How to Write a Business Plan for a Loan

You will need to create a business plan before applying for a loan. Your business plan for your loan is perhaps the most important loan document you submit. It gives the lender the information needed to assess whether your business will be profitable, and this tells the lender if you will have the assets to repay your debt. Because this is the goal of any good business plan, the details you include should be directly related to your ability to make a profit with the new business.

Business Purpose

The business purpose is a statement of what your business will do and why it will function in this manner. Contrary to what many new business owners may think, this section is not about showing you have a good idea. Rather, it is about showing there is a need for a particular product or service in your chosen market. The business purpose should state the reasons this need exists and the ways you can fill it. 

Cost Analysis

The next step in writing your business plan is carrying out a thoughtful cost analysis. You will need to evaluate just how much money you will truly spend in bringing your product or service to the market. This will include not just raw materials but salaries, consultant fees, applications for licenses and initial marketing costs. The lender will want to see you have completely and thoroughly assessed the situation before applying for a lump sum. You may hire a consultant to help with this analysis. The cost of carrying out this analysis is tax deductible from your business expenses in the first year of operation.


You have shown there is a need for your service, you have told the lender what it will cost, and now you must prove you are the right person for the job. Your expertise in the industry of your choice does not have to be official or professional. For example, a mother who has home schooled three children of her own may be very qualified to open an after-school tutoring center despite not being a certified teacher. Include the most applicable experience you have and consider bringing in experts to your team if you lack expertise.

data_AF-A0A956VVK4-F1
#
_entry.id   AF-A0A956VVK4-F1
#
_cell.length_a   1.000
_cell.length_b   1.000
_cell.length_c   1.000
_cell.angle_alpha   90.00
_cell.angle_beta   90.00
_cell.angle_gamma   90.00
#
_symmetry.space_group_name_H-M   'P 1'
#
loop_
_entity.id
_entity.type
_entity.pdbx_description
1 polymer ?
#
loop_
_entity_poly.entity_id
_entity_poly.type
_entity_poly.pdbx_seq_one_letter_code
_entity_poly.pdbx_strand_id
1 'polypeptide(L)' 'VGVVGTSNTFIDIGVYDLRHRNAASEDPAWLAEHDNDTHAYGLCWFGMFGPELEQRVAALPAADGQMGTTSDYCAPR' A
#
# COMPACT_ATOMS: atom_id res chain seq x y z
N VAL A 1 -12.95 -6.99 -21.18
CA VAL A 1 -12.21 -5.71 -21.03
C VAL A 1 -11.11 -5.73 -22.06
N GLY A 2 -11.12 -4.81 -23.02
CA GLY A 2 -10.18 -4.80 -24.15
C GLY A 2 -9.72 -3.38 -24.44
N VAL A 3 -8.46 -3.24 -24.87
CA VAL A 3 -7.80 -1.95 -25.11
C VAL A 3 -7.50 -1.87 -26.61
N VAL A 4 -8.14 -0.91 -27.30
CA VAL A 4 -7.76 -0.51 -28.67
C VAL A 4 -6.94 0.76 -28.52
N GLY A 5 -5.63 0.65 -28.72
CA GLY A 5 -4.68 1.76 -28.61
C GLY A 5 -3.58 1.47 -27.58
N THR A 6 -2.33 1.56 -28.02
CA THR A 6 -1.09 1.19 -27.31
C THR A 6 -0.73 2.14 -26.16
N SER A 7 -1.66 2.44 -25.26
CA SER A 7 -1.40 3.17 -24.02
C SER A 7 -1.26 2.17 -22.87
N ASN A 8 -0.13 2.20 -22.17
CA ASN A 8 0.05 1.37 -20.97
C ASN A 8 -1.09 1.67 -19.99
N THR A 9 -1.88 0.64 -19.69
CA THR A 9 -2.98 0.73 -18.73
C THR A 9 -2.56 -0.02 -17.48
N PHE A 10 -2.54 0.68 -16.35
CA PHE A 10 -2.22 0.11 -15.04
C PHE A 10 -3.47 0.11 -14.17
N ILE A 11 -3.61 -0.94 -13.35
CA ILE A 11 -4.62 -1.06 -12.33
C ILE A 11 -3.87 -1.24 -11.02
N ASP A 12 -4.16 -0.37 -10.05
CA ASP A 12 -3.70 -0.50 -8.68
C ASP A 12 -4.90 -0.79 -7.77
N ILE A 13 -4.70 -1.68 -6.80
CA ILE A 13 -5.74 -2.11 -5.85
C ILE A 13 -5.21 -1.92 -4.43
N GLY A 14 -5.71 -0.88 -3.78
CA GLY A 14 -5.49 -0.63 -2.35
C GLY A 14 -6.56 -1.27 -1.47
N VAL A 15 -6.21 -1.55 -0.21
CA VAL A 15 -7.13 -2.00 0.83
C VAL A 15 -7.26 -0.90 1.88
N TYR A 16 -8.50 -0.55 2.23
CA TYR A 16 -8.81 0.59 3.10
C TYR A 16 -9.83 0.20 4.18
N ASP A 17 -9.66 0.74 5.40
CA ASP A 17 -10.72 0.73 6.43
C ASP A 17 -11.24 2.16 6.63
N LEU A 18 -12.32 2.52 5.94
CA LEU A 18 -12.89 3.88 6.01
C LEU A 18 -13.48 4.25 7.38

Market Analysis

Discuss any competitors that may exist in your field. Show the lender you know they exist and you see competitive advantages that will give you a greater chance of success than your competitors. This may include an innovative profit model, a superior product or simply a better brand.

Profit Projections

Give the lender hard figures estimating how much you can reasonably earn in your first, third and fifth years of operation. Know that your business may not be profitable in its infancy but show that you can still make your loan payments during this period. The more detailed your profit analysis, the better.

Tip: Keep it Short

Your plan should be all-encompassing of the necessary items, but it should not be too long. Lenders will rarely read your plan word-for-word. They will look for highlights and key facts. Do your best to put your bottom line up front, making sure the lender sees your most important qualifications.